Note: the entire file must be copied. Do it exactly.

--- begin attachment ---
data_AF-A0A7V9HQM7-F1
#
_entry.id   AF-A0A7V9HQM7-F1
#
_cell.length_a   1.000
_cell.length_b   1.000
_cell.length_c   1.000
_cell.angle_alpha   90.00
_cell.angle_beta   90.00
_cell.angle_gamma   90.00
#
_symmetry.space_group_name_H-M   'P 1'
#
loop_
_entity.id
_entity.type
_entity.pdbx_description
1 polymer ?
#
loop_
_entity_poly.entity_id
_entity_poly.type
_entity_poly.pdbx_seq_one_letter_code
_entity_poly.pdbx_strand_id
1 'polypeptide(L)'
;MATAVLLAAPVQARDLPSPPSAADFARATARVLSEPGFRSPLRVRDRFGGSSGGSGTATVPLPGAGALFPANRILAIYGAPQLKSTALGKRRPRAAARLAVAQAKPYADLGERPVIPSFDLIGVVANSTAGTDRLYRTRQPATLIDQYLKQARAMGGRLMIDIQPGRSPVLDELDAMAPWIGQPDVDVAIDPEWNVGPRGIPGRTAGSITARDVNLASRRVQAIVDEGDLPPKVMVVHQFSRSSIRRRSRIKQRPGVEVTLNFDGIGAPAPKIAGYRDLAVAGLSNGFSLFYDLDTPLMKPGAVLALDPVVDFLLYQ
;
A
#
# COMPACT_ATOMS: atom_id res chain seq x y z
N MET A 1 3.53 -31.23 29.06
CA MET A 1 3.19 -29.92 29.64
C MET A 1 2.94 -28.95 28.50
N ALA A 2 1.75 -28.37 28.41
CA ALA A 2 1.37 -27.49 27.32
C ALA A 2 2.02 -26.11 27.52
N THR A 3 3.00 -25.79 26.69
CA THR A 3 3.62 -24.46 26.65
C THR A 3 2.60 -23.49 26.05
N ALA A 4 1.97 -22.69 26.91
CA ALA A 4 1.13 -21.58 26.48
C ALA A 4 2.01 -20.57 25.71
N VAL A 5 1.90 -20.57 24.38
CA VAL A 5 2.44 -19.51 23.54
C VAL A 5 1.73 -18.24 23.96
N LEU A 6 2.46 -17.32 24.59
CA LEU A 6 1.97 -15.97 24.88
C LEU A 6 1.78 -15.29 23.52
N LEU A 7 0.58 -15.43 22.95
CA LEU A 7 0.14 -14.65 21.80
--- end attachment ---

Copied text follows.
data_AF-A0A7V9HQM7-F1
#
_entry.id   AF-A0A7V9HQM7-F1
#
_cell.length_a   1.000
_cell.length_b   1.000
_cell.length_c   1.000
_cell.angle_alpha   90.00
_cell.angle_beta   90.00
_cell.angle_gamma   90.00
#
_symmetry.space_group_name_H-M   'P 1'
#
loop_
_entity.id
_entity.type
_entity.pdbx_description
1 polymer ?
#
loop_
_entity_poly.entity_id
_entity_poly.type
_entity_poly.pdbx_seq_one_letter_code
_entity_poly.pdbx_strand_id
1 'polypeptide(L)'
;MATAVLLAAPVQARDLPSPPSAADFARATARVLSEPGFRSPLRVRDRFGGSSGGSGTATVPLPGAGALFPANRILAIYGAPQLKSTALGKRRPRAAARLAVAQAKPYADLGERPVIPSFDLIGVVANSTAGTDRLYRTRQPATLIDQYLKQARAMGGRLMIDIQPGRSPVLDELDAMAPWIGQPDVDVAIDPEWNVGPRGIPGRTAGSITARDVNLASRRVQAIVDEGDLPPKVMVVHQFSRSSIRRRSRIKQRPGVEVTLNFDGIGAPAPKIAGYRDLAVAGLSNGFSLFYDLDTPLMKPGAVLALDPVVDFLLYQ
;
A
#
# COMPACT_ATOMS: atom_id res chain seq x y z
N MET A 1 3.53 -31.23 29.06
CA MET A 1 3.19 -29.92 29.64
C MET A 1 2.94 -28.95 28.50
N ALA A 2 1.75 -28.37 28.41
CA ALA A 2 1.37 -27.49 27.32
C ALA A 2 2.02 -26.11 27.52
N THR A 3 3.00 -25.79 26.69
CA THR A 3 3.62 -24.46 26.65
C THR A 3 2.60 -23.49 26.05
N ALA A 4 1.97 -22.69 26.91
CA ALA A 4 1.13 -21.58 26.48
C ALA A 4 2.01 -20.57 25.71
N VAL A 5 1.90 -20.57 24.38
CA VAL A 5 2.44 -19.51 23.54
C VAL A 5 1.73 -18.24 23.96
N LEU A 6 2.46 -17.32 24.59
CA LEU A 6 1.97 -15.97 24.88
C LEU A 6 1.78 -15.29 23.52
N LEU A 7 0.58 -15.43 22.95
CA LEU A 7 0.14 -14.65 21.80